## 4. Complete Lattices

The **complete lattices** are particularly well-behaved ordering relation wrt. the least upper and greatest lower bounds. They are defined by the fact that all their subsets have `glb`

's and `lub`

's. However, as we'll see, it is enough to have "only" `glb`

's or `lub`

's for the definition to hold. Because the least fixed points are somewhat more common in practice we take the `glb`

road (but this is somewhat an arbitrary choice, as we will make clear later on).

(definition complete-lattice "The definition of a relation `R` on `T` being a complete lattice." [?T :type, R (rel T T)] (and (order R) (forall [X (set T)] (exists [l T] (glb R X l)))))

To emphasis the fact the choosing glb's instead of lub's in the definition is vacuous, we state the following property :

(defthm all-glb-all-lub [?T :type, R (rel T T)] (==> (antisymmetric R) (forall [X (set T)] (exists [l T] (glb R X l))) (forall [X (set T)] (exists [u T] (lub R X u)))))

This says that if an antisymmetric relation has all `glb'`

s then is also has all` lub`

's. The proof is a little bit more technical, but there is no trick we only have to dig into the definitions.

(proof all-glb-all-lub-thm "First we introduce our two assumptions." (assume [H1 _ H2 _] "Now let's assume an arbitrary set `X`." (assume [X (set T)] "We define `Y` the set of upper bounds of `X`." (pose Y := (lambda [u T] (upper-bound R X u))) "By hypothesis there is a unique greatest lower bound for `Y`." (have <a> (exists [l T] (glb R Y l)) :by (H2 Y)) (have glbY-unique _ :by ((glb-unique R Y) H1 <a>)) "Let's call this `glbY`." (pose glbY := (q/the (lambda [l T] (glb R Y l)) glbY-unique)) "And we keep the fact that it is indeed *the* greatest lower bound." (have <b> (glb R Y glbY) :by (q/the-prop (lambda [l T] (glb R Y l)) glbY-unique)) "Our objective now is to show that `glbY` is *also* an upper bound for the set `X`." "For this we assume an arbitrary element `x` of the set `X`." (assume [x T Hx (elem x X)] "In the first step we'll show that `x` is a lower bound for `Y`." (assume [y T Hy (elem y Y)] (have <c1> (upper-bound R X y) :by Hy) (have <c2> (R x y) :by (<c1> x Hx))) (have <c> (lower-bound R Y x) :by <c2>) "Hence since `glbY` is *greatest* we can show that `(R x glbY)`." (have <d1> (forall [z T] (==> (lower-bound R Y z) (R z glbY))) :by (p/and-elim-right <b>)) (have <d2> (==> (lower-bound R Y x) (R x glbY)) :by (<d1> x)) (have <d3> (R x glbY) :by (<d2> <c>))) "Thus `glbY` is an upper bound for `X`." (have <d> (upper-bound R X glbY) :by <d3>) "The second step consists in showing that `glbY` is the *least* upper bound." (assume [x T Hx (upper-bound R X x)] "Taking an arbitrary upper bound `x`, we can show `(R glbY x)` since as a `glbY` is a lower bound for `Y` and the assumed `x` is by hypothesis a member of `Y`. " (have <e1> (elem x Y) :by Hx) (have <e2> (lower-bound R Y glbY) :by (p/and-elim-left <b>)) (have <e3> (R glbY x) :by (<e2> x <e1>))) (have <e> (forall [x T] (==> (upper-bound R X x) (R glbY x))) :by <e3>) "Hence we have our main result which is that `glbY` is a `lub` for `X`." (have <f> (lub R X glbY) :by (p/and-intro <d> <e>)) "Hence we've just shown that there exists a lub for `X`, namely `glbY`." (have <g> (exists [l T] (lub R X l)) :by ((q/ex-intro (lambda [l T] (lub R X l)) glbY) <f>)))) (qed <g>))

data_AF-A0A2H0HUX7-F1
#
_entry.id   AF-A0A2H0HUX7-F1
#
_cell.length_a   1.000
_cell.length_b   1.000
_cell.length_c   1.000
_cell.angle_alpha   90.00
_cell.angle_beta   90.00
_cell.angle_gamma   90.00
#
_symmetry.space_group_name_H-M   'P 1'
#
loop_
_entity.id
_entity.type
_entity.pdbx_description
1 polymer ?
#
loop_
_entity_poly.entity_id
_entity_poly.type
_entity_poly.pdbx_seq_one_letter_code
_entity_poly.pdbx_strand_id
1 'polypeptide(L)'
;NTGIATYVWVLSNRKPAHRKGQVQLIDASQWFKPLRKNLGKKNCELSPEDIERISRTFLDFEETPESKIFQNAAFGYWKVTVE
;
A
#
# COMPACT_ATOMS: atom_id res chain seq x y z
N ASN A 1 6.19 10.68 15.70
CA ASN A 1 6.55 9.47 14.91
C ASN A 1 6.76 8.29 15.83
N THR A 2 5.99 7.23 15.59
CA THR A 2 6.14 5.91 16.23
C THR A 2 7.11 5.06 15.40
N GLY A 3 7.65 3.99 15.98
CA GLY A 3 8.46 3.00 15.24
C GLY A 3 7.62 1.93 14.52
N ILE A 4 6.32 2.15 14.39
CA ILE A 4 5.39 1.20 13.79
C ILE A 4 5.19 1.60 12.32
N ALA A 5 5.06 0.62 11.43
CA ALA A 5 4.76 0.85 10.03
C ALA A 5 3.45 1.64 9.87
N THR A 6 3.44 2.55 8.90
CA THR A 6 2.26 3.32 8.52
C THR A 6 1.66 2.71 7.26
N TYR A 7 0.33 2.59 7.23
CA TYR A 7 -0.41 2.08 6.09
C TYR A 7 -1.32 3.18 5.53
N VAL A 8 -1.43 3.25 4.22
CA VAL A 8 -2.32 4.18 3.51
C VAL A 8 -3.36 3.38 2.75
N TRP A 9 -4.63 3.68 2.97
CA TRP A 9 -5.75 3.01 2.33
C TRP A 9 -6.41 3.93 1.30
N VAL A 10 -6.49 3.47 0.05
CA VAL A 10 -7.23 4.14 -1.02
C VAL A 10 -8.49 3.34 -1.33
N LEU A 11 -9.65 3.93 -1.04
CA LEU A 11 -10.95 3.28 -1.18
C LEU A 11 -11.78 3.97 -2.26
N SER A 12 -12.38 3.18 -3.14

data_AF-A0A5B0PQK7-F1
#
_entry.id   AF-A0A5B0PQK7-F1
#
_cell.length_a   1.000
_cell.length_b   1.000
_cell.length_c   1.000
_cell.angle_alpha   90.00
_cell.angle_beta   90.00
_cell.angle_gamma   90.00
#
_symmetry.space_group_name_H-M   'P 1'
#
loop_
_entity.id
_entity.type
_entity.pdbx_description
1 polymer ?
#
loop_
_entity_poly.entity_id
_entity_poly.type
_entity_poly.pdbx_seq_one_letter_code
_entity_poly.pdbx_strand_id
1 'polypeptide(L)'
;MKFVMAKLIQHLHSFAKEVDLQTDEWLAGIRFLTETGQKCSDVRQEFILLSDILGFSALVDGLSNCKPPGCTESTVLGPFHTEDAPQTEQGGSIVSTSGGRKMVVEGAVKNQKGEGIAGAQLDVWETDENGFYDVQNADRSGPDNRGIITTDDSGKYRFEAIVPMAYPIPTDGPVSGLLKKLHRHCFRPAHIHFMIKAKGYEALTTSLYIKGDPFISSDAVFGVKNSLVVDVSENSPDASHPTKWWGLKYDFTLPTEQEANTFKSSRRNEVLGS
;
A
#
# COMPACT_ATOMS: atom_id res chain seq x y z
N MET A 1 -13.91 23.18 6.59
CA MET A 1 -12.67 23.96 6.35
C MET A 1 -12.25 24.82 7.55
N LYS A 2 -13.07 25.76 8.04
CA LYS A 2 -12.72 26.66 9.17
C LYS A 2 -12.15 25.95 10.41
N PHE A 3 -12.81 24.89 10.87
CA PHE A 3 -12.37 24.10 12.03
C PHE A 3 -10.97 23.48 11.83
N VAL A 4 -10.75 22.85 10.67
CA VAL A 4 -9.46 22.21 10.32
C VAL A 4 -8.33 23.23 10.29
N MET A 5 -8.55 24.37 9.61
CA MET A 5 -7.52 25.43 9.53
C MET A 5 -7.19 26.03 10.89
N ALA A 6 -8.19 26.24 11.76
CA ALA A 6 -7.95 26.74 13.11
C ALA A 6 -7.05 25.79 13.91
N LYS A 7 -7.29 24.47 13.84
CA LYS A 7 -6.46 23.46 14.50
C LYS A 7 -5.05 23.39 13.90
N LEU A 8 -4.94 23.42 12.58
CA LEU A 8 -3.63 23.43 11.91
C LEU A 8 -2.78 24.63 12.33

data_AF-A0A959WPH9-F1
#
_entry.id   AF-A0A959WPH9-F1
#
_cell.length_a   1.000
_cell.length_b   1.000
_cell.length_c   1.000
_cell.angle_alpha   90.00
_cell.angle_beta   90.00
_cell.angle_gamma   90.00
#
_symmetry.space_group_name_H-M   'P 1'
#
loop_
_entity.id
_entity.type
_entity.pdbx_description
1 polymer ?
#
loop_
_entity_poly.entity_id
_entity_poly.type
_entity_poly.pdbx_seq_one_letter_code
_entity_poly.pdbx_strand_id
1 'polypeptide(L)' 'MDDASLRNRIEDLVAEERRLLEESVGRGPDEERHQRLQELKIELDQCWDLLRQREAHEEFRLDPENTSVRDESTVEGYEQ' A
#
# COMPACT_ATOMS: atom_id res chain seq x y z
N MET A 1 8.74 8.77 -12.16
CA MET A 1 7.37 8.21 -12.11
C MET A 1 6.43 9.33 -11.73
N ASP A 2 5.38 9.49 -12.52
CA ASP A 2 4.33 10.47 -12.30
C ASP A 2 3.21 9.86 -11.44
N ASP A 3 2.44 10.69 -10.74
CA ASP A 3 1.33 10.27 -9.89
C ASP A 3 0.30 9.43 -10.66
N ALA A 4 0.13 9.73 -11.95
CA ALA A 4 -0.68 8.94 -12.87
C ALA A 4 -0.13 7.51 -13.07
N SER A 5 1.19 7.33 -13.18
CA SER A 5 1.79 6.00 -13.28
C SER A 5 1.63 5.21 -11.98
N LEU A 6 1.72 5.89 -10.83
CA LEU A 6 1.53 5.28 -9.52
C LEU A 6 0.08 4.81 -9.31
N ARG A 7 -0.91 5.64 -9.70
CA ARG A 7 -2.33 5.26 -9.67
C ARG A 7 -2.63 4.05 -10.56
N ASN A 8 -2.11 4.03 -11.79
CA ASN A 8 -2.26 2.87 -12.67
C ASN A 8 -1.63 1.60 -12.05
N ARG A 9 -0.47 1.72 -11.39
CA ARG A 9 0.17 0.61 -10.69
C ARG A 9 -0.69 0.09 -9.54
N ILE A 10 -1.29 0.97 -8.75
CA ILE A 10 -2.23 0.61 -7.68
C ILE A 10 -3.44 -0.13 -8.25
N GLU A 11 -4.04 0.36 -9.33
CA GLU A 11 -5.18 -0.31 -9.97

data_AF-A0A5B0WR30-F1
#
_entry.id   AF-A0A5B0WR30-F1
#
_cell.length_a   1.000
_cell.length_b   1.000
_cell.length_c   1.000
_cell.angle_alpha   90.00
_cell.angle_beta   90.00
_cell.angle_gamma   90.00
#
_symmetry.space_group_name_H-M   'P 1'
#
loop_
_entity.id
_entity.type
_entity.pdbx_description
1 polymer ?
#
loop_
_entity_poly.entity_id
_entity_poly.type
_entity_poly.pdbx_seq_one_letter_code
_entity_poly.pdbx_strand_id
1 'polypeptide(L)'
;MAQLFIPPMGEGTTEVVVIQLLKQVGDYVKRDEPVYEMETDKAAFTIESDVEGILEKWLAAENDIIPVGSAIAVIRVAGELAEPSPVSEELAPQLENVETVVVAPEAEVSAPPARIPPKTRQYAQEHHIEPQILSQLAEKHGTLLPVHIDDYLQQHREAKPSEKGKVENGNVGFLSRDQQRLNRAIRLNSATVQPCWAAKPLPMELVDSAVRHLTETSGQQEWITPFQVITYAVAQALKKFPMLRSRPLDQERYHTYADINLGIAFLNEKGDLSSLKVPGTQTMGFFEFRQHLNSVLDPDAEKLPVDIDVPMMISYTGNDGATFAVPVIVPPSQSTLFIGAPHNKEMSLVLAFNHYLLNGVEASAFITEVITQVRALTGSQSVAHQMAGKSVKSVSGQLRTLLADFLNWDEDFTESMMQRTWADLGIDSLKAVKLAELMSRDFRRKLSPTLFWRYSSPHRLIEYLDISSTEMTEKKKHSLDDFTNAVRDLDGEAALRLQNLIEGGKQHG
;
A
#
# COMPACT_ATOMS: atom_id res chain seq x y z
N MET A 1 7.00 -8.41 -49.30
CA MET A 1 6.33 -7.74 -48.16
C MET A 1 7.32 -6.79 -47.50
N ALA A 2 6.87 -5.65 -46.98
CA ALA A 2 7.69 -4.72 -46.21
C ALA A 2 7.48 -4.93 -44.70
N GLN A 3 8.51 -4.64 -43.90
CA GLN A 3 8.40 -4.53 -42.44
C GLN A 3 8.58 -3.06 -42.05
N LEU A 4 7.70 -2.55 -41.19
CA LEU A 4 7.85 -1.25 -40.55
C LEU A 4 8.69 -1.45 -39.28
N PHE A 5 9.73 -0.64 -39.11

Let's try an alternative definition for complete lattices.

(definition complete-lattice-alt [?T :type, R (rel T T)] (and (order R) (forall [X (set T)] (exists [l T] (lub R X l)))))

And thanks to the `all-glb-all-lub`